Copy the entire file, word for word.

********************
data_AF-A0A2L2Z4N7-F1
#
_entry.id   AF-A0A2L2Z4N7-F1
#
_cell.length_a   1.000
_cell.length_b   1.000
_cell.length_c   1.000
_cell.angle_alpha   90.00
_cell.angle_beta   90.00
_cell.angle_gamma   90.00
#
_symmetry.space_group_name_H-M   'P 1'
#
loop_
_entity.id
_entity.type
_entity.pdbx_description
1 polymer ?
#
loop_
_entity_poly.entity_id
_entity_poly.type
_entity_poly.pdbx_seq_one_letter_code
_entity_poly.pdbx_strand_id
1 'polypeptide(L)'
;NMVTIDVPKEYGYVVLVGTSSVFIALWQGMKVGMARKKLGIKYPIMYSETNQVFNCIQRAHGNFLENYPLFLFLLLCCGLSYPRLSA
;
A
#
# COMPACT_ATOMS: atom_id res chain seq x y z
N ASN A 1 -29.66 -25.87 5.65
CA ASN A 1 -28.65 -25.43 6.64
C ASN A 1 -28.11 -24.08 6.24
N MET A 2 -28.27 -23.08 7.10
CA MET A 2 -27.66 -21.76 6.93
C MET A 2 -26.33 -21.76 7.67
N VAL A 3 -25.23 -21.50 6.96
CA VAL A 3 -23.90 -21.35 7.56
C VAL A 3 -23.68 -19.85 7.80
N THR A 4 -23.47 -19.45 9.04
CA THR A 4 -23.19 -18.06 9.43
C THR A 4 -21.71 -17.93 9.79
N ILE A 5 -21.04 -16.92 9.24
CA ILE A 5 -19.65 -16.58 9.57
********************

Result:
data_AF-A0A2L2Z4N7-F1
#
_entry.id   AF-A0A2L2Z4N7-F1
#
_cell.length_a   1.000
_cell.length_b   1.000
_cell.length_c   1.000
_cell.angle_alpha   90.00
_cell.angle_beta   90.00
_cell.angle_gamma   90.00
#
_symmetry.space_group_name_H-M   'P 1'
#
loop_
_entity.id
_entity.type
_entity.pdbx_description
1 polymer ?
#
loop_
_entity_poly.entity_id
_entity_poly.type
_entity_poly.pdbx_seq_one_letter_code
_entity_poly.pdbx_strand_id
1 'polypeptide(L)'
;NMVTIDVPKEYGYVVLVGTSSVFIALWQGMKVGMARKKLGIKYPIMYSETNQVFNCIQRAHGNFLENYPLFLFLLLCCGLSYPRLSA
;
A
#
# COMPACT_ATOMS: atom_id res chain seq x y z
N ASN A 1 -29.66 -25.87 5.65
CA ASN A 1 -28.65 -25.43 6.64
C ASN A 1 -28.11 -24.08 6.24
N MET A 2 -28.27 -23.08 7.10
CA MET A 2 -27.66 -21.76 6.93
C MET A 2 -26.33 -21.76 7.67
N VAL A 3 -25.23 -21.50 6.96
CA VAL A 3 -23.90 -21.35 7.56
C VAL A 3 -23.68 -19.85 7.80
N THR A 4 -23.47 -19.45 9.04
CA THR A 4 -23.19 -18.06 9.43
C THR A 4 -21.71 -17.93 9.79
N ILE A 5 -21.04 -16.92 9.24
CA ILE A 5 -19.65 -16.58 9.57